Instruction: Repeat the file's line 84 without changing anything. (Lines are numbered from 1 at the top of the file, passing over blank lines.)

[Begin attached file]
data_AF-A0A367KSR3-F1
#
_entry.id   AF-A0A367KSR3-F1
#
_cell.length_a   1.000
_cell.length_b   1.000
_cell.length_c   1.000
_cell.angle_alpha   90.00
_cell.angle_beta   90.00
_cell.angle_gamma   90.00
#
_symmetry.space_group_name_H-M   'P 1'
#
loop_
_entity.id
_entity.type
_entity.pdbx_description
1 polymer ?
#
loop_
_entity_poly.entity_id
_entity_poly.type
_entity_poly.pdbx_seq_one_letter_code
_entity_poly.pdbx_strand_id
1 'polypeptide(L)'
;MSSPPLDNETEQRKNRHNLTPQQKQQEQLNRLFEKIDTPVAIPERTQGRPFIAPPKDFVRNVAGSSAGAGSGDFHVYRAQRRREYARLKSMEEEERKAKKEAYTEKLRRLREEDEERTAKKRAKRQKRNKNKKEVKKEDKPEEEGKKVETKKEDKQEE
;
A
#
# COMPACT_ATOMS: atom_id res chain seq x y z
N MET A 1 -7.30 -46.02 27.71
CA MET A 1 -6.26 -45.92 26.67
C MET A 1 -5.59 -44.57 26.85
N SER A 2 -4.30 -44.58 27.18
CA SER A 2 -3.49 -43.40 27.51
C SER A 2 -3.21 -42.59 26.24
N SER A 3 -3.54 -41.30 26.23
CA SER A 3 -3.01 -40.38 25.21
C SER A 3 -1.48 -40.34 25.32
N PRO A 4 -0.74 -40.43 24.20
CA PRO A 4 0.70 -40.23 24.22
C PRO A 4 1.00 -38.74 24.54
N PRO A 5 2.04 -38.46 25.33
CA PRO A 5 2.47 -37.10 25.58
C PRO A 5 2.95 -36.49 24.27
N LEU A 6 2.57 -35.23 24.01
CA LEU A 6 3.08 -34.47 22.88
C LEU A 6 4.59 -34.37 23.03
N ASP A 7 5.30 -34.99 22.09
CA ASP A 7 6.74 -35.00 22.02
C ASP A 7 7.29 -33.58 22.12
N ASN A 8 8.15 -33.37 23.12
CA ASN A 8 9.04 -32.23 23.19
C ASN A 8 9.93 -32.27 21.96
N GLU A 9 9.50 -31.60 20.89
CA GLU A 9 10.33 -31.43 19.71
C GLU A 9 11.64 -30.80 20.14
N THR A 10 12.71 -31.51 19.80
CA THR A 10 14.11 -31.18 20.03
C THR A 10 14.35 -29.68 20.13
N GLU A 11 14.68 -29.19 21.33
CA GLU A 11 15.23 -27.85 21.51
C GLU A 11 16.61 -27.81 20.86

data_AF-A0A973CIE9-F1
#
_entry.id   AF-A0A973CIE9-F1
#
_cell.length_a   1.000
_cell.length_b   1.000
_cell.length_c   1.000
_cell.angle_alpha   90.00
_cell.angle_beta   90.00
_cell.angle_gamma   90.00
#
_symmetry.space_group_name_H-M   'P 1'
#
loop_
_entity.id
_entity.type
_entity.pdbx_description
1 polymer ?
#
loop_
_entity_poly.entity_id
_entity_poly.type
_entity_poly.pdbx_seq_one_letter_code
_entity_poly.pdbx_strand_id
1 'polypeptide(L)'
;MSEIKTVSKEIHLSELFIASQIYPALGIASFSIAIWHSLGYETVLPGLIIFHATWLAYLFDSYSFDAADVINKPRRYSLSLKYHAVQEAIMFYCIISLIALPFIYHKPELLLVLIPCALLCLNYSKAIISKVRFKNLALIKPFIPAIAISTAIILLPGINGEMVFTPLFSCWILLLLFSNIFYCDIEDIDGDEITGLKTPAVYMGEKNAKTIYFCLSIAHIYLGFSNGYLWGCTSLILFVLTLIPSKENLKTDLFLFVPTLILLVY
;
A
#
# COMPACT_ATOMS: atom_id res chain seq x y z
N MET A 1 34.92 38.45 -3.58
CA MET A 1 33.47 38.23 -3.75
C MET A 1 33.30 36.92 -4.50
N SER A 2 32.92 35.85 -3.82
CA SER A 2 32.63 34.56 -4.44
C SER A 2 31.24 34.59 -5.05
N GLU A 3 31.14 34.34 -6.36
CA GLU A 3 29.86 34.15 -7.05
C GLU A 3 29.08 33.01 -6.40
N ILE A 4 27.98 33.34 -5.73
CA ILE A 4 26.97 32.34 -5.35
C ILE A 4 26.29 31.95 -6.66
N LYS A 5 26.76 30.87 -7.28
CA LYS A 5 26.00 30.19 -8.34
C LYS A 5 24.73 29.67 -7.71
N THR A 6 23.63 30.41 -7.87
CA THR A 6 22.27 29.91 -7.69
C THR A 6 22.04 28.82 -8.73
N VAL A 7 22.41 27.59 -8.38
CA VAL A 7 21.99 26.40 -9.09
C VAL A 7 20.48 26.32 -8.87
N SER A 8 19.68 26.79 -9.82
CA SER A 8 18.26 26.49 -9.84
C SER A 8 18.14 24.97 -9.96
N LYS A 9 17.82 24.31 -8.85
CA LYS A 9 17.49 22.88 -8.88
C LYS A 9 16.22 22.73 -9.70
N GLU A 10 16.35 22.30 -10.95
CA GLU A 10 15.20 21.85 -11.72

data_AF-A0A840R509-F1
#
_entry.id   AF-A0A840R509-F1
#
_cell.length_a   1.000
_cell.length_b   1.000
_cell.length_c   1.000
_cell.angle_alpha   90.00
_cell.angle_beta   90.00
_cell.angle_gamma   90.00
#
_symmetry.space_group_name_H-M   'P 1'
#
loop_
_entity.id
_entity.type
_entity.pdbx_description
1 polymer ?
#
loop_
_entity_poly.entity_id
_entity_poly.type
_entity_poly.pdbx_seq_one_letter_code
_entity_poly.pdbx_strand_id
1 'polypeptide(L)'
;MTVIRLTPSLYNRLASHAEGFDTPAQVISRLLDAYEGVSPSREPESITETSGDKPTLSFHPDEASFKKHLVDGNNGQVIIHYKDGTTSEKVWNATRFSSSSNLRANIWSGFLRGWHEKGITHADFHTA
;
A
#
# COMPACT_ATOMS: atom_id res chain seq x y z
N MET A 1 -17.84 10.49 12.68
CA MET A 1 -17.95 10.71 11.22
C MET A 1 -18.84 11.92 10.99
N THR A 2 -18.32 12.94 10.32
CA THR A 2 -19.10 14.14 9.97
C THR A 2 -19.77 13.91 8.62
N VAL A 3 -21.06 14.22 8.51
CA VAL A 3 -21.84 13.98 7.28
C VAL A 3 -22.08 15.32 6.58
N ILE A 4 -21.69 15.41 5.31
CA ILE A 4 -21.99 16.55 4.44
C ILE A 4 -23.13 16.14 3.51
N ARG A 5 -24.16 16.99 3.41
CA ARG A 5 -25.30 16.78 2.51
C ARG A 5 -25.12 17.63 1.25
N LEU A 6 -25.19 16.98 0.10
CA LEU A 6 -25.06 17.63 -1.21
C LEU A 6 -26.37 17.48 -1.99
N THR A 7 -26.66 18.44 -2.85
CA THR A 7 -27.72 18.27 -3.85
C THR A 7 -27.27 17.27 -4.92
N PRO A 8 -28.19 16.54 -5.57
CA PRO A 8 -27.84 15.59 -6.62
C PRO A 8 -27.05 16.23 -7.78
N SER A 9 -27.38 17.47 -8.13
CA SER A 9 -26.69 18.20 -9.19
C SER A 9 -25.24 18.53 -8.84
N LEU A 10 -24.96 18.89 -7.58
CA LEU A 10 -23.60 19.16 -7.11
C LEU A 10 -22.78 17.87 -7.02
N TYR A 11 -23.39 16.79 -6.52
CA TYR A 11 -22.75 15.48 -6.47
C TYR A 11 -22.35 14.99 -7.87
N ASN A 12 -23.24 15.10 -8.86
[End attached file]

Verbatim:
_entity_poly.entity_id